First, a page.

Mere seconds before the Earth is to be demolished by an alien construction crew, journeyman Arthur Dent is swept off the planet by his friend Ford Prefect, a researcher penning a new edition of "The Hitchhiker's Guide to the Galaxy."
Astronaut Sam Bell has a quintessentially personal encounter toward the end of his three-year stint on the Moon, where he, working alongside his computer, GERTY, sends back to Earth parcels of a resource that has helped diminish our planet's power problems.
Everyone has bad mornings. You wake up late, you stub your toe, you burn the toast...but for a man named Arthur Dent, this goes far beyond a bad day. When he learns that a friend of his is actually an alien with advanced knowledge of Earth's impending destruction, he is transported off the Earth seconds before it is exploded to make way for a new hyperspace motorway. And as if that's not enough, throw in being wanted by the police, Earth II, an insane electronic encyclopedia, no tea whatsoever, a chronically depressed robot and the search for the meaning of life, and you've got the greatest adventure off Earth. Written by
A painting of Douglas Adams and his wife Jane Belson appears on the Heart of Gold. Other Adams cameos include a few handles on some cupboards in Humma Kavula's office being shaped like Adams' nose. See more »
When Arthurs' home is about to be demolished, he is seen lying on the ground in front of the bulldozer in protest. His left arm is touching the scoop of the bulldozer. The shot cuts away and directly back to him, at which time he is lying 1 to 2 feet away from the scoop of the bulldozer. See more »
It's an important and popular fact that things are not always what they seem. For instance, on the planet Earth, Man had always assumed that he was the most intelligent species occupying the planet, instead of the *third* most intelligent. The second most intelligent creatures were of course dolphins who, curiously enough, had long known of the impending destruction of the planet earth. They had made many attempts to alert mankind to the danger, but most of their communications ...
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After a couple of minutes of typical movie credits, we are treated with a final, classic Guide entry. It refers to Arthur Dent carelessly speaking words about a towel, which ends up being interpreted by a pair of warring factions as a devastating insult. They then spend thousands of years coming to Earth bent on revenge, however "due to a terrible miscalculation of scale the entire battle fleet was accidentally swallowed by a small dog". The Guide concludes with the reassuring nugget of wisdom, "this sort of thing is going on all the time". See more »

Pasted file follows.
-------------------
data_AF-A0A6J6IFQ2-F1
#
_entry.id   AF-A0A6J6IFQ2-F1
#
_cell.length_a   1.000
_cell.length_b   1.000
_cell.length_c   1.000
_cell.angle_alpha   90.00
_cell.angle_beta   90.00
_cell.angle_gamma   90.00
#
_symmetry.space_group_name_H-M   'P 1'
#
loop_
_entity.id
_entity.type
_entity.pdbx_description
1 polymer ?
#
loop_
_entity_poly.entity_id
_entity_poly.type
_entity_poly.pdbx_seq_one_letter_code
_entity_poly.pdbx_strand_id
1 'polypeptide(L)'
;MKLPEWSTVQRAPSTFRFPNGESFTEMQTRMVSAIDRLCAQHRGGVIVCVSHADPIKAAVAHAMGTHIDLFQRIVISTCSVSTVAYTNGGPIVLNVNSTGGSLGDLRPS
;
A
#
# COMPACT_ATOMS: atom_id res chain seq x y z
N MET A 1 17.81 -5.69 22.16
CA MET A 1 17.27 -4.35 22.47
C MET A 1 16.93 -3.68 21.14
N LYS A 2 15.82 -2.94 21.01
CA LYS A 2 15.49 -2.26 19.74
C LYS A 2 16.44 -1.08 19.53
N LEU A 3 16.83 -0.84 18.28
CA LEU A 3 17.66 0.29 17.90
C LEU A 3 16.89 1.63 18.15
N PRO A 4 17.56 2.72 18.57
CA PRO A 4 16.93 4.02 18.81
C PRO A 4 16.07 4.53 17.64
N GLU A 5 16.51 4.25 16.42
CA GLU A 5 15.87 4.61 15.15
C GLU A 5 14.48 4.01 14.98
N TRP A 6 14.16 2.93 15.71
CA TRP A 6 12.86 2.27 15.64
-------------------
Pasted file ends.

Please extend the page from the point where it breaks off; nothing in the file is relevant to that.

First, let me start by saying that this is a funny film.
Like many others, I suspect, I was worried by the MJ Simpson negative review, but having seen the film I can't really understand what all the fuss was about.
Personally, I am very happy that this version contains the new material. I don't want to sit in the cinema watching a line by line copy of the radio play, book, or TV series. Each of those stand by their own merit, and each were good largely because of the new material they contained.
I think the cast did an excellent job, and although Zaphod wasn't quite how I pictured him, Sam Rockwell brought a freshness to the part which largely works. His portrayal of Zaphod as a guy who "thinks he is cool", rather than "is cool" works pretty well, and once you get over the southern drawl, he soon settles as a character. Ford is beautifully played, as are all the major characters.
Admittedly, some of the criticisms that were voiced by Simpson have some justification, but most were simply overstated to support his general vitriolic attack on the "purity" of the film.
In summary, go to see this film and don't worry.
I'm looking forward to the DVD and I have all my fingers crossed for a sequel.
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